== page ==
Patriots staff ‘guilty’ – it’s the text messages, always the text messages

Read the report yourself
Read the report yourself

How many times do I have to remind you all: Text messages are *not* private.  If you plan to deflate footballs to the liking of your quarterback in exchange for memorabilia, communicate in person.  Only in person.

By now you know that the NFL has sort-of-kind-of found the Super Bowl-winning Patriots guilty of cheating, but not really, by intentionally deflating footballs prior to the AFC championship game last year.  Well, the NFL’s CSI:PSI report says the team didn’t cheat, but that it is “more probable than not” that team employees participated in rule bending, and that quarterback Tom Brady was “generally aware” of it.

There’s unending debate about whether or not slightly under-inflated footballs help at all.  I’ll leave that for the sports channels.

But now there is no debate that something weird went on.  We already knew that a Pats employee had taken a bag of balls into a bathroom — and away from cameras — for about 100 seconds before the game.  But even that video evidence proved nothing. There were skits suggesting that no one could under-inflate balls during such a quick pit stop.

But now we have evidence, thanks to “private” text messages swapped by employees.  The NFL report includes some of the dialog. Before the season began, one employee even referred to himself as “the deflator” in text messages.  The below is from Jan. 11, allegedly discussing payment for under-inflating footballs.

Employee 1: Remember to put a couple sweet pig skins ready for tom to sign

Employee 2: U got it kid…big autograph day for you

Employee 1: Nice throw some kicks in and make it real special

Employee 2: (If) ur lucky. 11? McNally: 11 or 11 and half kid

I’ve omitted the employees’ names because I find it unconscionable that those two pawns will take the fall for this “crime.”

The texts could be construed in lots of ways, of course.  Were they merely dialog reported second-hand, these sentences could be dismissed out of hand. But here they are, in context, part of an electronic record.  Man jokes about deflation, man demands memorabilia, man disappears with balls, man gets memorabilia, balls are deflated.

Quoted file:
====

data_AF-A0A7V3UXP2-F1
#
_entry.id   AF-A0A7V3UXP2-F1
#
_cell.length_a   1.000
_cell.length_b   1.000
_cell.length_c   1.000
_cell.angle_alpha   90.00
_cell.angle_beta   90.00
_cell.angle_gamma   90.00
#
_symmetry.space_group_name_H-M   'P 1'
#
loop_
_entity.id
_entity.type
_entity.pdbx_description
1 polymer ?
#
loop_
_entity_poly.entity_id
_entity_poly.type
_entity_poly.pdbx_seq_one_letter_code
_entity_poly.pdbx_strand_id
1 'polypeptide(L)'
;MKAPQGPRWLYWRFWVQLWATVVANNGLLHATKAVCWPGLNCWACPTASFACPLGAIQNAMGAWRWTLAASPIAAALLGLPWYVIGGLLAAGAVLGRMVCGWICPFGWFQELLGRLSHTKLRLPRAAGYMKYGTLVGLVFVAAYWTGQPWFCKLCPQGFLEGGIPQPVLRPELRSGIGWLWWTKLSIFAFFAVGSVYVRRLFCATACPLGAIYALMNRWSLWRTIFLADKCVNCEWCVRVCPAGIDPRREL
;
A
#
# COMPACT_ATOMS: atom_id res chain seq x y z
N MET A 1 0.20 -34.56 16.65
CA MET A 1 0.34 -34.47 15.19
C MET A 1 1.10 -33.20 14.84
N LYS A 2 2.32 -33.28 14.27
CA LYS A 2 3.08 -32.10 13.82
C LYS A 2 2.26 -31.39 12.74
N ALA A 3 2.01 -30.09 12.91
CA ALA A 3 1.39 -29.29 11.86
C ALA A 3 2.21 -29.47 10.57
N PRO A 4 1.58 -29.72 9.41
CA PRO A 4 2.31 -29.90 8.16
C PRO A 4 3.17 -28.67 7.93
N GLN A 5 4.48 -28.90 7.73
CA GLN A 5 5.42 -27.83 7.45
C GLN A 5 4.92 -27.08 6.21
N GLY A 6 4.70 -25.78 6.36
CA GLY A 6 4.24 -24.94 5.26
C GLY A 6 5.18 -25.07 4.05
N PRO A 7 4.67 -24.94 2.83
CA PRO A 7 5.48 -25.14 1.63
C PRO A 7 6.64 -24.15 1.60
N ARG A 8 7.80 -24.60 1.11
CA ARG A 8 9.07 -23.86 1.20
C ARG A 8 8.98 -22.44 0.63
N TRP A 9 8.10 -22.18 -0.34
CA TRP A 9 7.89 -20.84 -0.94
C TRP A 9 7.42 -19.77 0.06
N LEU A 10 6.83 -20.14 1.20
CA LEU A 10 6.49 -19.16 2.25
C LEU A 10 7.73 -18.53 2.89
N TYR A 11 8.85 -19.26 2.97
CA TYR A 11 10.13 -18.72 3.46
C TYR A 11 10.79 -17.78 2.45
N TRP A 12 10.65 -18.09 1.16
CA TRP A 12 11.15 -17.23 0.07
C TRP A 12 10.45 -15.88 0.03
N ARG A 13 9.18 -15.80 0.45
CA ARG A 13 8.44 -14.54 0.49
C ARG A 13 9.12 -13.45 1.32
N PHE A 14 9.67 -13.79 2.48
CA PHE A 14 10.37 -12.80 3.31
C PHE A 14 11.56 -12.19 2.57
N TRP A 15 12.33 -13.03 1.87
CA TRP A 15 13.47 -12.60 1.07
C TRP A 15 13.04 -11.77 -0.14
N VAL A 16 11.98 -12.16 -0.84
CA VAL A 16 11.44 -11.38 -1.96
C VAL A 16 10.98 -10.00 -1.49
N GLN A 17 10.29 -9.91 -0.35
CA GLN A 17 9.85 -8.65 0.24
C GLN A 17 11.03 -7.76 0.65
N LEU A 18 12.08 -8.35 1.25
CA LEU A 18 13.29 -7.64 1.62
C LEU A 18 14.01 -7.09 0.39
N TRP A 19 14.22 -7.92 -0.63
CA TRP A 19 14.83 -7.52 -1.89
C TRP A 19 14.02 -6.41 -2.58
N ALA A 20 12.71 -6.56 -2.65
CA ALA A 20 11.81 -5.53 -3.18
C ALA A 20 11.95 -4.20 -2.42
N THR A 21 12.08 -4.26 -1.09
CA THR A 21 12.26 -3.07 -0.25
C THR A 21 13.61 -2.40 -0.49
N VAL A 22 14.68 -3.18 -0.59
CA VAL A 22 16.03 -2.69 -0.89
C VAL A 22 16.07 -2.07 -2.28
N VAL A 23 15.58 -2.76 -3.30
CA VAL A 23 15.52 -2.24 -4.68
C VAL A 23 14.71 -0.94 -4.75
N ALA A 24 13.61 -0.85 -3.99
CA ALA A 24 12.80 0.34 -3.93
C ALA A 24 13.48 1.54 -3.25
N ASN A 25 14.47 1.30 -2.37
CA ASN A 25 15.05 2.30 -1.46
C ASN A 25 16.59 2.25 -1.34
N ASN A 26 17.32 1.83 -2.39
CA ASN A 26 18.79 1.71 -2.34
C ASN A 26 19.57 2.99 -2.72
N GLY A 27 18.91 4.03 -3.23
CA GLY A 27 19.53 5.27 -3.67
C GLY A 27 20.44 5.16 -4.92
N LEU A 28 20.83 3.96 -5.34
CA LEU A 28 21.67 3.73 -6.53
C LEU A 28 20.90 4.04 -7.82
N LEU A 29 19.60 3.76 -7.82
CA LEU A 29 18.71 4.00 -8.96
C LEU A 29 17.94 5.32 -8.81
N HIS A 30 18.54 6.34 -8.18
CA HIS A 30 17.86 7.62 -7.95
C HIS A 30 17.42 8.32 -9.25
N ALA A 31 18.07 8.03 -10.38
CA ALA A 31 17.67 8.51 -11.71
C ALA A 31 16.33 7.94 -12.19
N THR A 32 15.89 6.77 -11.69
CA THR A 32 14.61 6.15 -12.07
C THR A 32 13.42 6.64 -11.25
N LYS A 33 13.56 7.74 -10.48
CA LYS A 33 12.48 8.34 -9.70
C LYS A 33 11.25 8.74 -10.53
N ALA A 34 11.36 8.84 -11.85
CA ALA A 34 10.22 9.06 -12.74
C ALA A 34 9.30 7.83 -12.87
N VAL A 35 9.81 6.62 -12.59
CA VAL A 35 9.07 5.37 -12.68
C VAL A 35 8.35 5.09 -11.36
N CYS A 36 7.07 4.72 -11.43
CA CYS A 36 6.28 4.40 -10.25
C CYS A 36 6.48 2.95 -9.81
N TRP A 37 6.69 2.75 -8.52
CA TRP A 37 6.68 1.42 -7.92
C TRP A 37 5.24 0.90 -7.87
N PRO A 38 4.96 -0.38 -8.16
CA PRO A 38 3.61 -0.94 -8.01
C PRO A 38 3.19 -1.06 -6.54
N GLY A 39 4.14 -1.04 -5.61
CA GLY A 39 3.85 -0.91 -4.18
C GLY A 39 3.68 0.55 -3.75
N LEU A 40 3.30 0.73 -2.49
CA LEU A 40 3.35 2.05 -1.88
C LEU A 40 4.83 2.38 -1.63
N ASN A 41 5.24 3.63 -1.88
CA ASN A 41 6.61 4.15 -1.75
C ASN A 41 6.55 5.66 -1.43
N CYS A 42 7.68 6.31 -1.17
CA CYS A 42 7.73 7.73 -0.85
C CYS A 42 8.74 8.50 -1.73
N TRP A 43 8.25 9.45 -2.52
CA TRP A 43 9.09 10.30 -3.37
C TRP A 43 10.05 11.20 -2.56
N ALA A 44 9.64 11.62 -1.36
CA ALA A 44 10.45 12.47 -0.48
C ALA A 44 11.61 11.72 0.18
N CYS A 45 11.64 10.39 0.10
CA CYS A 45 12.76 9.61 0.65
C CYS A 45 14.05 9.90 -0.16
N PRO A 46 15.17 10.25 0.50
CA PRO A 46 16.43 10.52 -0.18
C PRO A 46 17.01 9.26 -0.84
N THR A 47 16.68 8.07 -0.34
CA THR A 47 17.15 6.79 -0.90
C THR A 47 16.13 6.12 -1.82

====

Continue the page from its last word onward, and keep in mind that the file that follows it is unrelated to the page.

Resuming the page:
Enough with the deflated footballs. There’s a lesson here for all of us.  Often, what we perceive as private isn’t private.  It should be obvious from the texts that the Patriots employees were smart enough to be talking in a kind of code. No one says, directly, “I’ve deflated the balls for Tom!”  But talking in code isn’t enough to protect privacy.  It’s not very hard to piece together digital breadcrumbs like this.  Pieces of information betray a lot more than you think. All of us fall into the trap of thinking our electronic conversations are private, or at least we never imagine that they might end up printed on a piece of paper in the middle of some kind of legal battle.

The next time you text, Tweet, Facebook message, email, or comment, think of deflate-gate.  Think twice.

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About Bob Sullivan 1463 Articles
BOB SULLIVAN is a veteran journalist and the author of four books, including the 2008 New York Times Best-Seller, Gotcha Capitalism, and the 2010 New York Times Best Seller, Stop Getting Ripped Off! His latest, The Plateau Effect, was published in 2013, and as a paperback, called Getting Unstuck in 2014. He has won the Society of Professional Journalists prestigious Public Service award, a Peabody award, and The Consumer Federation of America Betty Furness award, and been given Consumer Action’s Consumer Excellence Award.

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